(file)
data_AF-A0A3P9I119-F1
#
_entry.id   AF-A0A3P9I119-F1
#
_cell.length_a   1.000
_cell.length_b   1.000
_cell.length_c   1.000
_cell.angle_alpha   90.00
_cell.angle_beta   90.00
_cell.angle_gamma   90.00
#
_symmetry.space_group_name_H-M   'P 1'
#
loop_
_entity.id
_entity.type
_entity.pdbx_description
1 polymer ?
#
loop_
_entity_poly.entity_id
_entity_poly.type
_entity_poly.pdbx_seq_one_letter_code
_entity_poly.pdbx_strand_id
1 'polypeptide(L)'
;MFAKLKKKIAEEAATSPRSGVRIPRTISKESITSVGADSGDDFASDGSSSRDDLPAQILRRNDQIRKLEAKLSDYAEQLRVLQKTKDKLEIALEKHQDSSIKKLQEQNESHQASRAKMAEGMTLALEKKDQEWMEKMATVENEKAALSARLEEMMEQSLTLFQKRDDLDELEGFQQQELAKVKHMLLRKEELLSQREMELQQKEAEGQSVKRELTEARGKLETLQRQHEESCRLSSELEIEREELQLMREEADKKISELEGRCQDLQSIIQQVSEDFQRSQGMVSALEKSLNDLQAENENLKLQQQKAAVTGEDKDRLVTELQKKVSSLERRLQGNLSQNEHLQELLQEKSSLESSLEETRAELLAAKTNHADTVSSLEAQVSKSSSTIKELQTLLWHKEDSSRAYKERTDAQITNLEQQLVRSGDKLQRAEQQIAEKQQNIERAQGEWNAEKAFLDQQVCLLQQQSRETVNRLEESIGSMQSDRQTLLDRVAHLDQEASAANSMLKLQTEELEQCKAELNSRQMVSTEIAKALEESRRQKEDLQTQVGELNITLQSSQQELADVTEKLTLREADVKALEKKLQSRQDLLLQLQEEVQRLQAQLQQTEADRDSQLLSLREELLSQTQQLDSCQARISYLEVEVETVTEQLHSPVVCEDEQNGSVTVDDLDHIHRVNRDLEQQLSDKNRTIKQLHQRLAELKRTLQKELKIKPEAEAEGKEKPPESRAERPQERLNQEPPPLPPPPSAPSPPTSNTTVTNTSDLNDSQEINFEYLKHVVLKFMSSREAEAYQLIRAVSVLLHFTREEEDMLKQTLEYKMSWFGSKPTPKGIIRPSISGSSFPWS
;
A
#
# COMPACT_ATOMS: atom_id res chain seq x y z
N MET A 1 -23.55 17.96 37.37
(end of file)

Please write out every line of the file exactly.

data_AF-A0A3P9I119-F1
#
_entry.id   AF-A0A3P9I119-F1
#
_cell.length_a   1.000
_cell.length_b   1.000
_cell.length_c   1.000
_cell.angle_alpha   90.00
_cell.angle_beta   90.00
_cell.angle_gamma   90.00
#
_symmetry.space_group_name_H-M   'P 1'
#
loop_
_entity.id
_entity.type
_entity.pdbx_description
1 polymer ?
#
loop_
_entity_poly.entity_id
_entity_poly.type
_entity_poly.pdbx_seq_one_letter_code
_entity_poly.pdbx_strand_id
1 'polypeptide(L)'
;MFAKLKKKIAEEAATSPRSGVRIPRTISKESITSVGADSGDDFASDGSSSRDDLPAQILRRNDQIRKLEAKLSDYAEQLRVLQKTKDKLEIALEKHQDSSIKKLQEQNESHQASRAKMAEGMTLALEKKDQEWMEKMATVENEKAALSARLEEMMEQSLTLFQKRDDLDELEGFQQQELAKVKHMLLRKEELLSQREMELQQKEAEGQSVKRELTEARGKLETLQRQHEESCRLSSELEIEREELQLMREEADKKISELEGRCQDLQSIIQQVSEDFQRSQGMVSALEKSLNDLQAENENLKLQQQKAAVTGEDKDRLVTELQKKVSSLERRLQGNLSQNEHLQELLQEKSSLESSLEETRAELLAAKTNHADTVSSLEAQVSKSSSTIKELQTLLWHKEDSSRAYKERTDAQITNLEQQLVRSGDKLQRAEQQIAEKQQNIERAQGEWNAEKAFLDQQVCLLQQQSRETVNRLEESIGSMQSDRQTLLDRVAHLDQEASAANSMLKLQTEELEQCKAELNSRQMVSTEIAKALEESRRQKEDLQTQVGELNITLQSSQQELADVTEKLTLREADVKALEKKLQSRQDLLLQLQEEVQRLQAQLQQTEADRDSQLLSLREELLSQTQQLDSCQARISYLEVEVETVTEQLHSPVVCEDEQNGSVTVDDLDHIHRVNRDLEQQLSDKNRTIKQLHQRLAELKRTLQKELKIKPEAEAEGKEKPPESRAERPQERLNQEPPPLPPPPSAPSPPTSNTTVTNTSDLNDSQEINFEYLKHVVLKFMSSREAEAYQLIRAVSVLLHFTREEEDMLKQTLEYKMSWFGSKPTPKGIIRPSISGSSFPWS
;
A
#
# COMPACT_ATOMS: atom_id res chain seq x y z
N MET A 1 -23.55 17.96 37.37